Memorable political campaigns can be boiled down to just a few words. Everyone remembers Dwight D. Eisenhower’s 1952 slogan “I Like Ike” or, in 2008, Barack Obama’s “Change We Can Believe In.”
Local candidates running for office at the state and county level have employed slogans of their own, and several have struck a theme. Out of five elections for Utah Legislature and Cache County Council, four candidates have slogans with the words “voice” or “your voice.” Each candidate has a unique explanation for their word choice.
Utah House of Representatives
In the race for Utah House District 4, which covers most of Logan, Republican candidate Dan Johnson’s slogan is “Your Choice. Your Voice.” Johnson, if elected, said he would listen to what people think, hear their concerns and then make an informed decision. He said he will have a lot of people on his speed dial to help him gather that expertise.
“I’m not a guy that is going into this with thinking, ‘Well I just have my own ideas and that’s all I’m going to do,’” said Johnson, a lifelong educator and retired school administrator. “I don’t think that’s what people want.”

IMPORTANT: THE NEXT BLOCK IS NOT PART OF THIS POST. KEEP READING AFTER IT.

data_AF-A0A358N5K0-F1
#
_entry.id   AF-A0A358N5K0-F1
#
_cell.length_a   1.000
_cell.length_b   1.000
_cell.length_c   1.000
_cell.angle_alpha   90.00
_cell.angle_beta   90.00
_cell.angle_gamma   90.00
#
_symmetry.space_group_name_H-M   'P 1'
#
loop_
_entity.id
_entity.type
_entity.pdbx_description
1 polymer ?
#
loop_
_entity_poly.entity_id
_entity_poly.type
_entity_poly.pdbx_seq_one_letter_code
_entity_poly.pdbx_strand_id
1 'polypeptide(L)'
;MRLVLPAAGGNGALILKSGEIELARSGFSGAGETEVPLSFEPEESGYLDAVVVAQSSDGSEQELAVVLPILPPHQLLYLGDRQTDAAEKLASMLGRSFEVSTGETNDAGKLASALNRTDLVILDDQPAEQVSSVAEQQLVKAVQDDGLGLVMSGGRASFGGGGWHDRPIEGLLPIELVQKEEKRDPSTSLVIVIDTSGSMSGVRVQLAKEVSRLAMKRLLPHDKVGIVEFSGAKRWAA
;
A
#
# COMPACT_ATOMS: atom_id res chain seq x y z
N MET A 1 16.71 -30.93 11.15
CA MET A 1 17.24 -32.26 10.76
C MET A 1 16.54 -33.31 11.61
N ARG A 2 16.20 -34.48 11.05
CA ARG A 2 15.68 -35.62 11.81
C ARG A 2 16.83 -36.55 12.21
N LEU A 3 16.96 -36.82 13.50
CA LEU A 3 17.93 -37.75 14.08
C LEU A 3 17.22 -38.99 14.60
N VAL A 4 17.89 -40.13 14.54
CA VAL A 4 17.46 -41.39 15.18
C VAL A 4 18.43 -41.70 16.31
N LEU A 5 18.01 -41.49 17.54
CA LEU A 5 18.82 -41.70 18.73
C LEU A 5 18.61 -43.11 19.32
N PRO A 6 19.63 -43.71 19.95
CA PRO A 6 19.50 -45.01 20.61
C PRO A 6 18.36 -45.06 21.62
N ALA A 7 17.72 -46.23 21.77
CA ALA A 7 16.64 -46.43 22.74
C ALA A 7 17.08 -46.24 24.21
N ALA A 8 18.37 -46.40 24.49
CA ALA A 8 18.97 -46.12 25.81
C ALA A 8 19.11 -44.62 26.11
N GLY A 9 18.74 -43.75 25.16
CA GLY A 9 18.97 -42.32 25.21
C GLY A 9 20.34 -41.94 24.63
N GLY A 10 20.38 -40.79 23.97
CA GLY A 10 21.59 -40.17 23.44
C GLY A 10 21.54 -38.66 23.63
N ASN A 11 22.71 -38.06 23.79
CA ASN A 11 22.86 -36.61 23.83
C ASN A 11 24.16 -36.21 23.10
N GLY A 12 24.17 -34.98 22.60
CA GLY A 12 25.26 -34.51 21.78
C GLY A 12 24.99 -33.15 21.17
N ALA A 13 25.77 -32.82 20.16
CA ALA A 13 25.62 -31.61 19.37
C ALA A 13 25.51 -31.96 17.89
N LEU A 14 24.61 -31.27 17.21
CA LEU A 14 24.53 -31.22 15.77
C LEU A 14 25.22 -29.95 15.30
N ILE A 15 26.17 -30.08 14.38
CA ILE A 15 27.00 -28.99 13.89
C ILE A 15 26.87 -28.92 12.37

Josh Brundage, the Democrat running against Johnson to replace Rep. Ed Redd, who is not seeking reelection, also uses the word “voice” in his slogan. His campaign fliers state: “A Progressive Voice for Utah.”
In looking at the current makeup of the Utah House of Representatives, he said it’s “pretty well common knowledge” that most members think the same way and vote the same way. He said there is a progressive voice in Utah — it’s just not being heard.
“That’s kind of why I decided to run,” said Brundage, who works at outdoor equipment company CampSaver. “I wanted to bring a different voice to the Utah House of Representatives, a more progressive voice, a younger voice and just offer a different way of thinking.”
On the south end of the valley, in House District 5, Democrat Karina Andelin Brown’s slogan is “Your Voice Matters.”
She said the tagline comes from her experience in working as a health care advocate. She is one of five sponsors of Proposition 3, the Utah Medicaid expansion ballot initiative. Throughout the process of going to Capitol Hill and participating in committee meetings, she said she learned that everyday citizens like her can make a difference.